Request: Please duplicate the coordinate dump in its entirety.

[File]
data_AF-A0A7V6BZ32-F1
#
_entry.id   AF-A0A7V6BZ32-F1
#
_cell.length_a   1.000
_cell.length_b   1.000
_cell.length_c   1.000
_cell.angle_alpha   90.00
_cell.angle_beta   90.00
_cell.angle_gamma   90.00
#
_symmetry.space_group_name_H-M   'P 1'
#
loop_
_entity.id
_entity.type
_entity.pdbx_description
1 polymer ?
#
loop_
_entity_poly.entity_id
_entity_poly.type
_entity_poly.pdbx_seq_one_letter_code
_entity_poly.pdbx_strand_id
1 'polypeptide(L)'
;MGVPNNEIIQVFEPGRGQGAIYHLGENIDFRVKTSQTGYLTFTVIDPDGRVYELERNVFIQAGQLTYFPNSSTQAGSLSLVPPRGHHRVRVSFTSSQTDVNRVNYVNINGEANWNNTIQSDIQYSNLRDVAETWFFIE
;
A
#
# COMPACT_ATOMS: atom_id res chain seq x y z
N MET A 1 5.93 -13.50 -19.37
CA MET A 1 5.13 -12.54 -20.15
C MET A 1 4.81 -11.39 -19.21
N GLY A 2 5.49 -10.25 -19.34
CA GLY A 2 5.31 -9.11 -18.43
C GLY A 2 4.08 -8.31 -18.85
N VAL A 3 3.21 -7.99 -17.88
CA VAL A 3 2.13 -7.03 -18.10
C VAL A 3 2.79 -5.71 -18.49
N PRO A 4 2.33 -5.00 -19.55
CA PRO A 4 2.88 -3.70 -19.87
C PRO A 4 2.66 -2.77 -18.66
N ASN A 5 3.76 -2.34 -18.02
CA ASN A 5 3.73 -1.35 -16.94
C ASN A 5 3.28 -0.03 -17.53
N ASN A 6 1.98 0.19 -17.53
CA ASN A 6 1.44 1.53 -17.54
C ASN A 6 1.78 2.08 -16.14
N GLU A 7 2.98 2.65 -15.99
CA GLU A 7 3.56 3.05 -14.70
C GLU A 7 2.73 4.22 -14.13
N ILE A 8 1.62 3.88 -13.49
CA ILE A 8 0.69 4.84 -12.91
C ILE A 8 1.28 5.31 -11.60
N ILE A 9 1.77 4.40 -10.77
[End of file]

data_AF-A0A7V6BZ32-F1
#
_entry.id   AF-A0A7V6BZ32-F1
#
_cell.length_a   1.000
_cell.length_b   1.000
_cell.length_c   1.000
_cell.angle_alpha   90.00
_cell.angle_beta   90.00
_cell.angle_gamma   90.00
#
_symmetry.space_group_name_H-M   'P 1'
#
loop_
_entity.id
_entity.type
_entity.pdbx_description
1 polymer ?
#
loop_
_entity_poly.entity_id
_entity_poly.type
_entity_poly.pdbx_seq_one_letter_code
_entity_poly.pdbx_strand_id
1 'polypeptide(L)'
;MGVPNNEIIQVFEPGRGQGAIYHLGENIDFRVKTSQTGYLTFTVIDPDGRVYELERNVFIQAGQLTYFPNSSTQAGSLSLVPPRGHHRVRVSFTSSQTDVNRVNYVNINGEANWNNTIQSDIQYSNLRDVAETWFFIE
;
A
#
# COMPACT_ATOMS: atom_id res chain seq x y z
N MET A 1 5.93 -13.50 -19.37
CA MET A 1 5.13 -12.54 -20.15
C MET A 1 4.81 -11.39 -19.21
N GLY A 2 5.49 -10.25 -19.34
CA GLY A 2 5.31 -9.11 -18.43
C GLY A 2 4.08 -8.31 -18.85
N VAL A 3 3.21 -7.99 -17.88
CA VAL A 3 2.13 -7.03 -18.10
C VAL A 3 2.79 -5.71 -18.49
N PRO A 4 2.33 -5.00 -19.55
CA PRO A 4 2.88 -3.70 -19.87
C PRO A 4 2.66 -2.77 -18.66
N ASN A 5 3.76 -2.34 -18.02
CA ASN A 5 3.73 -1.35 -16.94
C ASN A 5 3.28 -0.03 -17.53
N ASN A 6 1.98 0.19 -17.53
CA ASN A 6 1.44 1.53 -17.54
C ASN A 6 1.78 2.08 -16.14
N GLU A 7 2.98 2.65 -15.99
CA GLU A 7 3.56 3.05 -14.70
C GLU A 7 2.73 4.22 -14.13
N ILE A 8 1.62 3.88 -13.49
CA ILE A 8 0.69 4.84 -12.91
C ILE A 8 1.28 5.31 -11.60
N ILE A 9 1.77 4.40 -10.77